"The Destruction of Sodom and Gomorrah" by François de Nomé (called Monsù Desiderio), 1593 AD
Paying the Price for Decadence and Sin
Early into the archeological discoveries related to these towns, some scholars suggested that ancient cuneiform tablets could bear the names of the towns, which would certainly make them historical. Giovanni Pettinato stated in 1976 that a newly discovered ancient library, during the excavations at the ancient city of Ebla, yielded several cuneiform tablets that bear the names of “five cities of the plain”, Sodom, Gomorrah, Admah, Zeboiim, and Bela. Two of these names are transliterated as si-da-mu (possibly Sodom), and ì-ma-ar (possibly Gomorrah). At the time, the theory was popular and accepted amongst some scholars, but later proved to be of dubious accuracy. Si-da-mu, was supposedly located in Syria, and thus did not fully correspond to Sodom, while the ì-ma-ar inscription was identified with the nearby Emar, another ancient city. Thus, it was that this theory was also disproved - and the location of these biblical cities continued to be a mystery.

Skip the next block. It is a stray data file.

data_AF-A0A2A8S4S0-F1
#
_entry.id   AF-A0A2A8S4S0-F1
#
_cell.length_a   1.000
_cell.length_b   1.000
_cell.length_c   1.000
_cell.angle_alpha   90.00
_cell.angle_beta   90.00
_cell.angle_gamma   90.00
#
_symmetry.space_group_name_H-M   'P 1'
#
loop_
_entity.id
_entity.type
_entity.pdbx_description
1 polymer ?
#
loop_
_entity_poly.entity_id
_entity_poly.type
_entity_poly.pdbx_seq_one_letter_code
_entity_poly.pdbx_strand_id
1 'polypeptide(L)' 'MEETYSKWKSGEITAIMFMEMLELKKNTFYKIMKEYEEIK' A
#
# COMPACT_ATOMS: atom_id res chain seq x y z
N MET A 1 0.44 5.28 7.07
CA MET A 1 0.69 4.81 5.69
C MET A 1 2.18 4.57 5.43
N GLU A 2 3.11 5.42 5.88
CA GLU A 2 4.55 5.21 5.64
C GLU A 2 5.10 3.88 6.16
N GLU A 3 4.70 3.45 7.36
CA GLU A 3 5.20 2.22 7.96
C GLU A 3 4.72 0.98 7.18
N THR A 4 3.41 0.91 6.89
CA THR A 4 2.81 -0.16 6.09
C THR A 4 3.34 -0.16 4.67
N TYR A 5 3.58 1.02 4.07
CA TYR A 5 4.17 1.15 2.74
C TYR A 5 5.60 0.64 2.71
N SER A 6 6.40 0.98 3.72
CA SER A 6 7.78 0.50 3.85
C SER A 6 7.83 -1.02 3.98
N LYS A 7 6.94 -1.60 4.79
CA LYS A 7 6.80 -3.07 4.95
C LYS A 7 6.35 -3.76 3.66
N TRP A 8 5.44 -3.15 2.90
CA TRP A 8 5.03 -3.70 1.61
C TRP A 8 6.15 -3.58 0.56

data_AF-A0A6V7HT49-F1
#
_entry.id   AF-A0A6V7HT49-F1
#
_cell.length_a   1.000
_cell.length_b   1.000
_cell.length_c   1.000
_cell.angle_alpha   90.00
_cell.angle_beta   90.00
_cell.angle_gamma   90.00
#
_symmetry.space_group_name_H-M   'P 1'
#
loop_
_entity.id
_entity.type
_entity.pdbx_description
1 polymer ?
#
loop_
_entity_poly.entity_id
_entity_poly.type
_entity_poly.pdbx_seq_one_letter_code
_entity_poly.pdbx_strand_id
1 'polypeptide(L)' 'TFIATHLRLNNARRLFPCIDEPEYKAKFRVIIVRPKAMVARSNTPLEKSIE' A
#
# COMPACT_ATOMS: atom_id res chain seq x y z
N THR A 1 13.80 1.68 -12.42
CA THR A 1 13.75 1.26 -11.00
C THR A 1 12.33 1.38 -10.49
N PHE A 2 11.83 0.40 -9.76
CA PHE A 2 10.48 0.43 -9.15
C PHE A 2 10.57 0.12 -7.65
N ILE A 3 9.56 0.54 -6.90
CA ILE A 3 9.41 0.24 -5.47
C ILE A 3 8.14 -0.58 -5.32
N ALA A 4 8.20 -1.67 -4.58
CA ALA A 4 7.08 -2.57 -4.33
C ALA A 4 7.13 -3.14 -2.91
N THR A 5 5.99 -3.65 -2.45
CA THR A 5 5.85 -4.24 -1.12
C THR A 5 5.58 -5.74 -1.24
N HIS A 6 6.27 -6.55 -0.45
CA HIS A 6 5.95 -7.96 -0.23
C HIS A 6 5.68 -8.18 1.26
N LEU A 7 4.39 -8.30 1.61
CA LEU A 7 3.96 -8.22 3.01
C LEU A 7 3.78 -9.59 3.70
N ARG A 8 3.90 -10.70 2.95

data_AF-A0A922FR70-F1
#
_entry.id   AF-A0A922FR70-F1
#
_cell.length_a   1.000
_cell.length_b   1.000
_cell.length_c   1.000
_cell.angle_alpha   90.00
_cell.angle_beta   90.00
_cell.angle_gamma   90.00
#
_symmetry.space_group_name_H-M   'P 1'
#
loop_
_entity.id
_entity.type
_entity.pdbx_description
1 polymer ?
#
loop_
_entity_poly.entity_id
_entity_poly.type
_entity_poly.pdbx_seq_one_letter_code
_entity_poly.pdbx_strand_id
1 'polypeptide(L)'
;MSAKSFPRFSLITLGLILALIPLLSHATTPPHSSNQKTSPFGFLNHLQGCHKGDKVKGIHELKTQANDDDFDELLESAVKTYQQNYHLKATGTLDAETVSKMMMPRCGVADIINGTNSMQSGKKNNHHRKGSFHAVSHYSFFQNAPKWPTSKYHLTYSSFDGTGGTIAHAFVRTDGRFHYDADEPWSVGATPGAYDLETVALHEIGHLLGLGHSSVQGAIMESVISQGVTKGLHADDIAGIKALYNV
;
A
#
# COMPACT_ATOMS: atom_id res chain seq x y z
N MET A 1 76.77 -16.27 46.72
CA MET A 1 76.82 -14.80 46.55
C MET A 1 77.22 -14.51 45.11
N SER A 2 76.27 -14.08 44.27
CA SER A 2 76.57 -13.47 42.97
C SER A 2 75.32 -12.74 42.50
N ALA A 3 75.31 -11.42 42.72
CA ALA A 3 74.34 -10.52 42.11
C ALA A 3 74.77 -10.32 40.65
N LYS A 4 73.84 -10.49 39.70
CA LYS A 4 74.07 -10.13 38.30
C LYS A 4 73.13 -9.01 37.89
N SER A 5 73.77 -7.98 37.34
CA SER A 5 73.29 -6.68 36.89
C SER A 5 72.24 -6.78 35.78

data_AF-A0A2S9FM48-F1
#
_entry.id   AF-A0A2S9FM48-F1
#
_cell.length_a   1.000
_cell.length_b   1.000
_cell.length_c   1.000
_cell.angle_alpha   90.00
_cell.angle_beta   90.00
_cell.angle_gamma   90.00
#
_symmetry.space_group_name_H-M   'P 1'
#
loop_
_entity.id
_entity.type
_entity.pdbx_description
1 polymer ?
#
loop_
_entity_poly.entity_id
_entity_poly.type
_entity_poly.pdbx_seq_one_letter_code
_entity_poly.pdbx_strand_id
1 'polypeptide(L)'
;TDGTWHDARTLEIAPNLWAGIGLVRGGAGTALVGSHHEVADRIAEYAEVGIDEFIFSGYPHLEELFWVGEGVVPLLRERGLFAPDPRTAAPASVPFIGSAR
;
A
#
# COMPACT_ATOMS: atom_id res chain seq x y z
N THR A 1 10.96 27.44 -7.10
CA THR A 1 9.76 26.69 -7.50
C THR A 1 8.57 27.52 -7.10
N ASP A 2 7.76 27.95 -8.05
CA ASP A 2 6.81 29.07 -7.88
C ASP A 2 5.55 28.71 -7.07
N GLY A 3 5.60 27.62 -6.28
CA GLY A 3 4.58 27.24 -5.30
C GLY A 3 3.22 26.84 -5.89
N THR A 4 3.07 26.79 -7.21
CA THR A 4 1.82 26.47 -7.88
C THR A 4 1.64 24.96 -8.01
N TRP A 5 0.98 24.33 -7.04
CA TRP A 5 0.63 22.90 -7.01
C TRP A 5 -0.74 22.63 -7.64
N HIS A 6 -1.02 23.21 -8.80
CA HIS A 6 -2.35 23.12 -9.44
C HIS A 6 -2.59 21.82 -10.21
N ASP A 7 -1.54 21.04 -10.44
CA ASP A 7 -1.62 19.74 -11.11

Either way, it is possible that we will never know the truth about these two cities. Time is ruthless. What once were sprawling cities of enigmatic and unique ancient times, are now barely discernible mud rocks in the deserts - there is nothing that gives us insights into their fate or long history. For all we know any one of them could have been Sodom or Gomorrah, and we’d be none the wiser. Either way, if biblical accounts are to be believed, these towns were a thorn in the eye of many. The sins and the debauchery for which they were destroyed were the only thing they left for posterity. But whether they really existed, and what was their true fate - remains an enigma to this very day.
Top image: Bible narratives about Sodom and Gomorrah. Christian bible character. By artinspiring / Adobe Stock
By Aleksa Vučković
Fields, W. W. 1997. Sodom and Gomorrah: History and Motif in Biblical Narrative. A&C Black.
Loader, J. A. 1990. A Tale of Two Cities: Sodom and Gomorrah in the Old Testament, Early Jewish and Early Christian Traditions. Peeters Publishing.
MacDonald, B. 2000. East of the Jordan - Territories and Sites of the Hebrew Scriptures. American Schools of Oriental Research.